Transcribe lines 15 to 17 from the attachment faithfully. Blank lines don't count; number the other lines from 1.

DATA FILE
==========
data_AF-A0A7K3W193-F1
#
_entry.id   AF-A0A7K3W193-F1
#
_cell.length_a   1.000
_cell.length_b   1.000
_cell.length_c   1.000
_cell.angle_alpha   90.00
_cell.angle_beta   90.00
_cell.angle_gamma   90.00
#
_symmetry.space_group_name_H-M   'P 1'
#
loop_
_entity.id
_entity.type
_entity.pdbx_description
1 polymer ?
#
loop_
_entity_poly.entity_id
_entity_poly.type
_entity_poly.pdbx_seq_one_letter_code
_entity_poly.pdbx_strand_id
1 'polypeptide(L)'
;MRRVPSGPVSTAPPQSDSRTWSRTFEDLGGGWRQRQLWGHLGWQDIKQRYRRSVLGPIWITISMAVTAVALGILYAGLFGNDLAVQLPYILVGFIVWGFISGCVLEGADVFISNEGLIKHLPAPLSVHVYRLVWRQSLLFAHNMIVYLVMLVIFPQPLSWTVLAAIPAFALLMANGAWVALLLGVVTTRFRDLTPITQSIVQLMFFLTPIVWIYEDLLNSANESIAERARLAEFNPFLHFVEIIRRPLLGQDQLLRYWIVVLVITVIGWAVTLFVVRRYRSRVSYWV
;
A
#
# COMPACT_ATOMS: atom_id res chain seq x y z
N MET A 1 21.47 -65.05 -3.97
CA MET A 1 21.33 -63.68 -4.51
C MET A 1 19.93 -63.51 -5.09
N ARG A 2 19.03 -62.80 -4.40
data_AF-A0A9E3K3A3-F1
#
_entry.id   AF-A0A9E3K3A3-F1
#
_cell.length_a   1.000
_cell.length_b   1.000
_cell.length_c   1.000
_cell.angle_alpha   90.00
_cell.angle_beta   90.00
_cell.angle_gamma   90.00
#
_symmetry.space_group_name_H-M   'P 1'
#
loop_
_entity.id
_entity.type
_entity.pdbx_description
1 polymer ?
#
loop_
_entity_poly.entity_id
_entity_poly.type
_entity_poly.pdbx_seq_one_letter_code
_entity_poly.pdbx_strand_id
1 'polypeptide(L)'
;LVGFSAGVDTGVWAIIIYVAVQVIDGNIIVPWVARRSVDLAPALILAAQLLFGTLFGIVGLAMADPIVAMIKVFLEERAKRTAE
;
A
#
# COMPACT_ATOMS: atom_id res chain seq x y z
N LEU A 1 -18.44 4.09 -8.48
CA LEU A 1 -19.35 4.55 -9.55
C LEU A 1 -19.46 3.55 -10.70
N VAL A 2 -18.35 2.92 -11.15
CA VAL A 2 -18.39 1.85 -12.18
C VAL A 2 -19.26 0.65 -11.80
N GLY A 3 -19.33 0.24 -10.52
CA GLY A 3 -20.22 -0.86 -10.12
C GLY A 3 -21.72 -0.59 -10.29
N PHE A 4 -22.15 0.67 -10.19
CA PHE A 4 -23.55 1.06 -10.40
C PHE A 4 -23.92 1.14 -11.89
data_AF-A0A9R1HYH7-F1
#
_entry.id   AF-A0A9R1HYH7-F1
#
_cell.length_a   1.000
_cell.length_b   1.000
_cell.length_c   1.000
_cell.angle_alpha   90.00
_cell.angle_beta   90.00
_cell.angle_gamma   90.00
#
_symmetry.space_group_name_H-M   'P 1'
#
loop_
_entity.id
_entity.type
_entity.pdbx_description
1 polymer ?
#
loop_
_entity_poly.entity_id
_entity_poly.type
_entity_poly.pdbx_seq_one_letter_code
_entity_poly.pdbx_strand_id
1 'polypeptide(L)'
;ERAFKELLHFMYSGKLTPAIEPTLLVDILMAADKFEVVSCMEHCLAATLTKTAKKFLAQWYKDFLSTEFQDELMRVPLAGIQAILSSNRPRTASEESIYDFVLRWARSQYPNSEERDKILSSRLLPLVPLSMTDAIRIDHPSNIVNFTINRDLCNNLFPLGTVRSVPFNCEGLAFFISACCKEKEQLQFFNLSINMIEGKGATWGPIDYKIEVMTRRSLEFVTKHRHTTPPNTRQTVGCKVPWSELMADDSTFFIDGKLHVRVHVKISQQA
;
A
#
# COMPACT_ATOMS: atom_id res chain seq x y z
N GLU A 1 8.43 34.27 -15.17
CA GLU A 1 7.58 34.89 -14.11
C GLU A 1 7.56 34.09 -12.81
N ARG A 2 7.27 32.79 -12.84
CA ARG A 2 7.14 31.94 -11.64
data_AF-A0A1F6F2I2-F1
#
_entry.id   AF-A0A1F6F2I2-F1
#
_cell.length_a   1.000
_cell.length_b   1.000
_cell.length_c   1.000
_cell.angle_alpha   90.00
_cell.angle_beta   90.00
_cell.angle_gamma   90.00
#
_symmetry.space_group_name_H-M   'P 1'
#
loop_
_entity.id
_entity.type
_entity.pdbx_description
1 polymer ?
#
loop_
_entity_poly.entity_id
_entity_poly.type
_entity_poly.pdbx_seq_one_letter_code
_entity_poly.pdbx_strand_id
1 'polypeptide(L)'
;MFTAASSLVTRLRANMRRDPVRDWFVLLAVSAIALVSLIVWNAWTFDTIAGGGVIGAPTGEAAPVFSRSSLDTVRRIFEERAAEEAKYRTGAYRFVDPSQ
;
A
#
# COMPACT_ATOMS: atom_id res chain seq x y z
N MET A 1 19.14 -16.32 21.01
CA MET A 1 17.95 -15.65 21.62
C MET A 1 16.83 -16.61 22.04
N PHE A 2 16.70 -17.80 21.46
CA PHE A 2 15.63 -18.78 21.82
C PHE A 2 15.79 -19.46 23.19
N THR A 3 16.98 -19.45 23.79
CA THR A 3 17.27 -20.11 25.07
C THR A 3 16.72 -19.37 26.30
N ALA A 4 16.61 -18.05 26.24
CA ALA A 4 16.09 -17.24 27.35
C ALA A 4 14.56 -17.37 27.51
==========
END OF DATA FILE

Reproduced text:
_entity.id
_entity.type
_entity.pdbx_description